All said if your income is below — or above — the researchers’ ideal threshold, don’t despair. Research suggests that while money can buy happiness, the quality of your spending is just as important as the quantity.
Have you thought about what is really fulfilling and “enough” to make you happy?
Wealthy, Successful, and Miserable is a New York Times article that looks at how more and more research shows what really makes us happy in our jobs, yet in practice people are less and less happy at work.
Jack Bogle told the anecdote in his book Enough: “At a party given by a billionaire on Shelter Island, Kurt Vonnegut informs his pal, Joseph Heller, that their host, a hedge fund manager, had made more money in a single day than Heller had earned from his wildly popular novel Catch-22 over its whole history. Heller responds,’Yes, but I have something he will never have . . . enough.'”
Q. What is "widow's penalty" tax trap and how to avoid it?
A. Widow's penalty tax trap refers to the situation that after a spouse’s death, the survivor will eventually go from a joint return to being a single filer. The widow or widower’s tax bracket likely will rise, resulting in a plumper tax bill.This bracket creep occurs because the survivor’s taxable income may be about the same as it was on a joint return. (The reduction in taxable income from the loss of one Social Security check may will be partially or fully offset by a smaller standard deduction.)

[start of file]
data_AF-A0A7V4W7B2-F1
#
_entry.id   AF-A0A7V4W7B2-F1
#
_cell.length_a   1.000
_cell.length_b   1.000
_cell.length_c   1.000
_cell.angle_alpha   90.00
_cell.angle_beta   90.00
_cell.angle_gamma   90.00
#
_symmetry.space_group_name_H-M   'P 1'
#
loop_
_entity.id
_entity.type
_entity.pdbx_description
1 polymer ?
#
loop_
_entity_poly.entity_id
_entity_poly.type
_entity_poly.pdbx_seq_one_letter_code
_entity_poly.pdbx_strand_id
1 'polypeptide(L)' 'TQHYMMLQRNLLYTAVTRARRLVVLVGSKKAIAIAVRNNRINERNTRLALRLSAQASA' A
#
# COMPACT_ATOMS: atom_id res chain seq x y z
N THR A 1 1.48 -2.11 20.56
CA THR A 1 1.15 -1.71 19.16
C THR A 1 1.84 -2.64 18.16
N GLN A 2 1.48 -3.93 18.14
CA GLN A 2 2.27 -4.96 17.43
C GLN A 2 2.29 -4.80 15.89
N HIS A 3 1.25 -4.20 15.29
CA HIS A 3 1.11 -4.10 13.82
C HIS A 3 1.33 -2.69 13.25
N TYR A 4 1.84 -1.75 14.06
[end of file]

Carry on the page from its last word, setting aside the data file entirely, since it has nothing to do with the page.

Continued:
For example, someone could go from a 24% tax bracket, filing jointly, to a 32% bracket for the survivor. The result will be thousands of dollars a year in extra tax payments. As a single filer, the surviving spouse also could owe more tax on Social Security benefits or face more exposure to the 3.8% surtax on net investment income.
How to Avoid Widow's Penalty?
First, it is important to address the widow’s penalty while both members of the couple are alive.
After age 59-1/2, but before begin taking Social Security benefits, couples could convert part of their traditional IRAs to Roth IRAs at a lower tax rate. The 10% early distribution penalty won’t apply then and the conversion would be taxed at the lower joint filing rate. Moreover, Roth IRA conversions reduce taxable RMDs from traditional IRAs after age 70-1/2.
Today’s tax rates for married couples filing jointly are relatively low, no higher than 24% on taxable income (after deductions) up to $321,450. That same income would put a single filer in the 35% bracket.
A series of partial conversions should be done over a period of years, taking care to keep the amounts within low tax brackets. For the money moved to the Roth IRA, there are no RMDs for the owner or the surviving spouse, therefore, the account can continue to grow or be used with no tax consequences.